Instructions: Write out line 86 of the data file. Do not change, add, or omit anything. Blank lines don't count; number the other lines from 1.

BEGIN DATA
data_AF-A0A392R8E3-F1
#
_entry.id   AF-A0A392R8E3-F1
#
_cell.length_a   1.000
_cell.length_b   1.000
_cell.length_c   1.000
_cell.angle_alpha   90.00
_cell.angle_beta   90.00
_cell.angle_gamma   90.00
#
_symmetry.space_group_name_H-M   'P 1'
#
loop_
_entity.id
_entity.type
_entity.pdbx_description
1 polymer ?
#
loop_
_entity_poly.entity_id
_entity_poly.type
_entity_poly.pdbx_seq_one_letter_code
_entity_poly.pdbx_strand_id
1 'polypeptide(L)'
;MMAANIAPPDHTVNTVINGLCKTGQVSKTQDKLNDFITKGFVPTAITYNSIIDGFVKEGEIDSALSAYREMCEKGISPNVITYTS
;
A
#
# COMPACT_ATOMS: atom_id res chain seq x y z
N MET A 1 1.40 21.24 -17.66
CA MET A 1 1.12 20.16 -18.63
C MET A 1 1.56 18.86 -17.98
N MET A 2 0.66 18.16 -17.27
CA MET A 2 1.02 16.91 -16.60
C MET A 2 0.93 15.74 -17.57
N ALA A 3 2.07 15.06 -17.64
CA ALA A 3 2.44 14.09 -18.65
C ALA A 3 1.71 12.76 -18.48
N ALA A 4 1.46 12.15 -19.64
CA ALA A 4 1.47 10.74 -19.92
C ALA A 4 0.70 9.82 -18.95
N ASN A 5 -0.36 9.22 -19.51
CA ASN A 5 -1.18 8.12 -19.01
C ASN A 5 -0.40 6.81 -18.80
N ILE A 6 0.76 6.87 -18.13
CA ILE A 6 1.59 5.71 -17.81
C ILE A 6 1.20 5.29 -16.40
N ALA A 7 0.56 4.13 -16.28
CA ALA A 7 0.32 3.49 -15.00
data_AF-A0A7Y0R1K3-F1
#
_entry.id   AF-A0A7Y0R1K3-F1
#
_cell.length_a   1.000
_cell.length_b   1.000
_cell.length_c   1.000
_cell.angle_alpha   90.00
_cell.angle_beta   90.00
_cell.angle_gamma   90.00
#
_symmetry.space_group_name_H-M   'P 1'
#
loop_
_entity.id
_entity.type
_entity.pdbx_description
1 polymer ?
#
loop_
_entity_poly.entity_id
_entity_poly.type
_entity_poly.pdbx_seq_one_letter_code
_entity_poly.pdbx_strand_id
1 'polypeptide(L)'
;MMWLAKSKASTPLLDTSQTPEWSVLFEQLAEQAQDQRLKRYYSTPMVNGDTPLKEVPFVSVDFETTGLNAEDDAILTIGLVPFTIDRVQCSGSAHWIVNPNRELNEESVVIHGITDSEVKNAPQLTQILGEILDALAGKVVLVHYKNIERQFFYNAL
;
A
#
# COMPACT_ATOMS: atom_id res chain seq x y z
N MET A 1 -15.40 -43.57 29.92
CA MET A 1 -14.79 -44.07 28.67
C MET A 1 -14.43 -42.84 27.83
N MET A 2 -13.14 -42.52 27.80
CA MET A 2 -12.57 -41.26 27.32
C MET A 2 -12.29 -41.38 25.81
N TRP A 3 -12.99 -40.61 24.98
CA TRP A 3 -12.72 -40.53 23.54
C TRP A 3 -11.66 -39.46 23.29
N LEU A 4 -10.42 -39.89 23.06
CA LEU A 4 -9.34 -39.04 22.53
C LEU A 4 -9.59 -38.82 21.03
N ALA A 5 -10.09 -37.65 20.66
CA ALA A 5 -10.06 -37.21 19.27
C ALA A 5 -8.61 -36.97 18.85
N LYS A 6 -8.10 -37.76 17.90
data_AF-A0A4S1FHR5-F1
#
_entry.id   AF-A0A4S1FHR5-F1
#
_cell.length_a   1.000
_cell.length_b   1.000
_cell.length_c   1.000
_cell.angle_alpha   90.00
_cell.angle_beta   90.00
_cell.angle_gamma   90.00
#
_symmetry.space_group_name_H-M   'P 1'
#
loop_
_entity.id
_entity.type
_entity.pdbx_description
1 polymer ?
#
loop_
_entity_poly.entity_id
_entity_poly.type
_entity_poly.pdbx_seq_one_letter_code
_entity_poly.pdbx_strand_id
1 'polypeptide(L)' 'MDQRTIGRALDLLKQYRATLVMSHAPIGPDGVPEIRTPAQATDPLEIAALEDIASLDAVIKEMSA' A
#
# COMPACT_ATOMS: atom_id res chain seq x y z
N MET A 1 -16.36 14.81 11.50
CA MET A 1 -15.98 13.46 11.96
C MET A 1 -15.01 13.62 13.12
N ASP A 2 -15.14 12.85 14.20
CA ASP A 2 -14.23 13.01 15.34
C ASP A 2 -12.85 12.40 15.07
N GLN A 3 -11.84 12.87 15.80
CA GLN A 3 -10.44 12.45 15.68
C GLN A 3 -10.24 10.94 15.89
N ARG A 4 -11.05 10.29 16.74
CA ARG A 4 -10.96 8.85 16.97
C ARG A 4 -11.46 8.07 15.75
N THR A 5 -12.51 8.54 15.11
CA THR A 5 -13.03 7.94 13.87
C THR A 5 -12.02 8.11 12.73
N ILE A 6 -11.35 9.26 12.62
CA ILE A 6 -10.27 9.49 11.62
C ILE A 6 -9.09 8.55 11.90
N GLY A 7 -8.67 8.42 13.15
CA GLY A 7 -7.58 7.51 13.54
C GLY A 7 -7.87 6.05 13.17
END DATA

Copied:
C MET A 2 -12.29 -41.38 25.81